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Notes from Enchanted England

January a month of Saints , Trees and Weather

Walking through January woodland seems to me to be an initially colourless and possibly doleful undertaking. Even in the unusually mild weather of 2019, the trees seem like unlit lanterns. Their dark and motionless branches stand out against static grey skies, while the earth sucks at plunging wellington boots, before they are let go with a slight sticky pop, releasing a smell of stagnant decaying leaves and branches. Its easy to make out knotty faces peering out from the twisted growth of trunks and bark.

January is a predictive month in folk lore. On St Paul’s day (25th) what ever wind prevails that day will rule all year. Its commonly said that if January is too warm then all the following months will be out of season. Expect cold summers and unseasonable frosts.

‘Say to the court it glows and shines like rotten wood,’ Sir Walter Raleigh wrote memorably shortly before his death and plodding around this month its easy to agree with him. His poem, The Lie, seems to perfectly sum up the UKs political reality and the world plunged into a despondent media state of bonkers leadership, returning to work, commuting, taxes, dieting, exercising and generally singing a puritanical dirge after a glorious Christmas carol of feasting and revelry. January can give the impression that all fun is sucked out of it. There it goes, swirling away down a plug hole of too much reality.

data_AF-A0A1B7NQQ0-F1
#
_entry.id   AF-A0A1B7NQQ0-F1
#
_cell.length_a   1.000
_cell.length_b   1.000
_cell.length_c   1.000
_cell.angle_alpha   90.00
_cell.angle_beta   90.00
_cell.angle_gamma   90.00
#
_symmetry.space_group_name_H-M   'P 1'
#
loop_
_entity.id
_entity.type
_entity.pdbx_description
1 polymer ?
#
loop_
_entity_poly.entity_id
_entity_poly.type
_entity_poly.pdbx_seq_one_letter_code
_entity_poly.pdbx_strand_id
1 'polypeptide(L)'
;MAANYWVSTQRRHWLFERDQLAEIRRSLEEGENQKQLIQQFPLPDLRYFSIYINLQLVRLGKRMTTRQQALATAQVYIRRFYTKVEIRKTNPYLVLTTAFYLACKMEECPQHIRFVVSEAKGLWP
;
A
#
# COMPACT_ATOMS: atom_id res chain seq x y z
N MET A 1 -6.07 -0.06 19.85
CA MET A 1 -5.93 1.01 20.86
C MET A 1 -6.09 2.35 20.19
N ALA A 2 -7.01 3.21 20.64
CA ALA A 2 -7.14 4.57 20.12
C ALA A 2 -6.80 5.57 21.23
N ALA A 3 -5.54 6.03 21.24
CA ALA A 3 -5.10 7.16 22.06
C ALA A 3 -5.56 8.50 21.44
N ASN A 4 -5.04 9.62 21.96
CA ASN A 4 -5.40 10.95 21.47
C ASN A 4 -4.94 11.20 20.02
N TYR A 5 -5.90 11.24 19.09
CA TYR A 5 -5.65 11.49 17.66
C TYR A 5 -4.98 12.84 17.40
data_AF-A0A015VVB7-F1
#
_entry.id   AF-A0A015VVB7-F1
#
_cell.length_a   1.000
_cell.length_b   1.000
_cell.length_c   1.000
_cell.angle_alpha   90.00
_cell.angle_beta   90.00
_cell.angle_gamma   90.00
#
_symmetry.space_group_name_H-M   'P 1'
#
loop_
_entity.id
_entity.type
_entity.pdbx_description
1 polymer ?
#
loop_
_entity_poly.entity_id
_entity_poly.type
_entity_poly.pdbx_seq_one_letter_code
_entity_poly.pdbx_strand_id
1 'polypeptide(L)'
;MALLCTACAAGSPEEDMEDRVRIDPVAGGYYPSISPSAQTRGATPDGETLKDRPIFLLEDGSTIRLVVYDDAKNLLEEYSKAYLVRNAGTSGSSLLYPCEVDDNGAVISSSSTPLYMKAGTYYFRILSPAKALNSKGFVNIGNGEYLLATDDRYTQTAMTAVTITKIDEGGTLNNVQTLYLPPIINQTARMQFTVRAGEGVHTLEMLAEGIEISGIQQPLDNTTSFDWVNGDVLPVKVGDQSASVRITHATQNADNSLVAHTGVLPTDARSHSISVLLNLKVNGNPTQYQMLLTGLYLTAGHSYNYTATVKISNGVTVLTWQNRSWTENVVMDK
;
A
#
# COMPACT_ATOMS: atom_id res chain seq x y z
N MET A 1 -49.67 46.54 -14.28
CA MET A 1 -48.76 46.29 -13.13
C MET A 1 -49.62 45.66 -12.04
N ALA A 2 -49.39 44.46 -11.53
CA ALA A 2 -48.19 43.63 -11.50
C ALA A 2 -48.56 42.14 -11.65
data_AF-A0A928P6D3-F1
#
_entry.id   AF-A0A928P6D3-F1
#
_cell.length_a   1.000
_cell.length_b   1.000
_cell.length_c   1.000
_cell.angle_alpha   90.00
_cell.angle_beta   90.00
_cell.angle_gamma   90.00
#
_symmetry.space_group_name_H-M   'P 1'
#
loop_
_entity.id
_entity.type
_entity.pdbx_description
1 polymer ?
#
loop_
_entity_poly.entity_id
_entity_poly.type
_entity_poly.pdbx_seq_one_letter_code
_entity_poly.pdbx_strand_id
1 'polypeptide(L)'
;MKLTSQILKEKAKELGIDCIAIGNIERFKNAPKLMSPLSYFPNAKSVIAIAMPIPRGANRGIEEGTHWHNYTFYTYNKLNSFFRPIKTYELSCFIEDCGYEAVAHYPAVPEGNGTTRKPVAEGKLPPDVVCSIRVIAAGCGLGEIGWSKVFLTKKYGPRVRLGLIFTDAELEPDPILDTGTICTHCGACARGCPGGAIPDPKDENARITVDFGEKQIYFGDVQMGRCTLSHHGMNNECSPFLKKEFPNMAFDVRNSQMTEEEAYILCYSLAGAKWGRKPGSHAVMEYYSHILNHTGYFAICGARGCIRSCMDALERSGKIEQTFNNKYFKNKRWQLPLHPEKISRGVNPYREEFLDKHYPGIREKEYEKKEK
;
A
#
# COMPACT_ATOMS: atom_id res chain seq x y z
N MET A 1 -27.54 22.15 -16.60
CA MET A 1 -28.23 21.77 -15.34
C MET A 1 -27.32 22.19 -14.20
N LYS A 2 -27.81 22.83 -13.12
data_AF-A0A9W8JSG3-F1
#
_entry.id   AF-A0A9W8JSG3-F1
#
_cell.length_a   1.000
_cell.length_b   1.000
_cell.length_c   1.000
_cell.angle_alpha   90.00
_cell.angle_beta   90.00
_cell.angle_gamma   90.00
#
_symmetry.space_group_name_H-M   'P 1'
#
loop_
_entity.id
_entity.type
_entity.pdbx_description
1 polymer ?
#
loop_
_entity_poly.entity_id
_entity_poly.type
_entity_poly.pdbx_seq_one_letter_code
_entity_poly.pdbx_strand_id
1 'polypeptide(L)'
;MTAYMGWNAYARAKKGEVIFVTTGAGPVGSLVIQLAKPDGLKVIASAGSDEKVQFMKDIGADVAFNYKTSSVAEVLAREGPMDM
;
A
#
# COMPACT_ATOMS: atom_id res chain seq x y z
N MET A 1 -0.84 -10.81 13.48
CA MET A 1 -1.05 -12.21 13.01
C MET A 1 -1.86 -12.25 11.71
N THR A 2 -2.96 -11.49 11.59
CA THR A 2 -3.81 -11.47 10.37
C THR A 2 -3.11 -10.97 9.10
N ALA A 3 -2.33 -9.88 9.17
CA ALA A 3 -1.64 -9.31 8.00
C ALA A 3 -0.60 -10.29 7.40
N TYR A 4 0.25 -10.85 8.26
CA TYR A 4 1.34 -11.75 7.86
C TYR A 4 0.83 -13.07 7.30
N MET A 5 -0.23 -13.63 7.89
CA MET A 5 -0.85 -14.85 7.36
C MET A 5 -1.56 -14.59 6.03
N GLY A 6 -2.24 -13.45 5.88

Yet and yet, in these circumstances I find it better not to look at the bigger picture. In fact abandon the bigger picture that has too many artists painting away with black brushes. Lets look again at those empty, doused trees.

In the mild weather this year, they are alive with birds who are foraging for insects under the bark. In a corner of my garden a robin is checking out suitable nesting spaces. Stepping closer to the trees, examine the bark. A silver birch has created a pattern so beautiful, it looks like a contour map of an imagined land. An oak harbours luminous lichen and moss spotlights the old tree with highlighter dabs of neon, lime green, sage green and all fluorescent shades between. In contrast, rosehips are still available, bursting with vibrant shades of red, patterning the dark green evergreens of yew, laurels with sharp shots of colour,

On the woodland floor, small sharp blades are bursting up through a dense covering of fallen leaves. Here come the bluebells, the snowdrops and lesser celandines. Old man’s beard flows through hedges and woodland, forming aerial pathways for small creatures to cross. Soon it will be time to wake up the old apple orchards with Wassail and song. A reminder that apple blossoms, fruits and cider are on their way.

I am planning to be on the Hereford border for Wassail this year and traditional cold weather is predicted. Perhaps this means a true good summer, full of fruit and flowers

Here’s to thee old Apple Tree

Whence Thou may’st bud, and whence Thou may’st blow

And whence Thou may bear apples enow

Hats full, caps full, bushel, bushel sacks full

and my pockets full too.

All Hail - Wassail.

Welcome 2019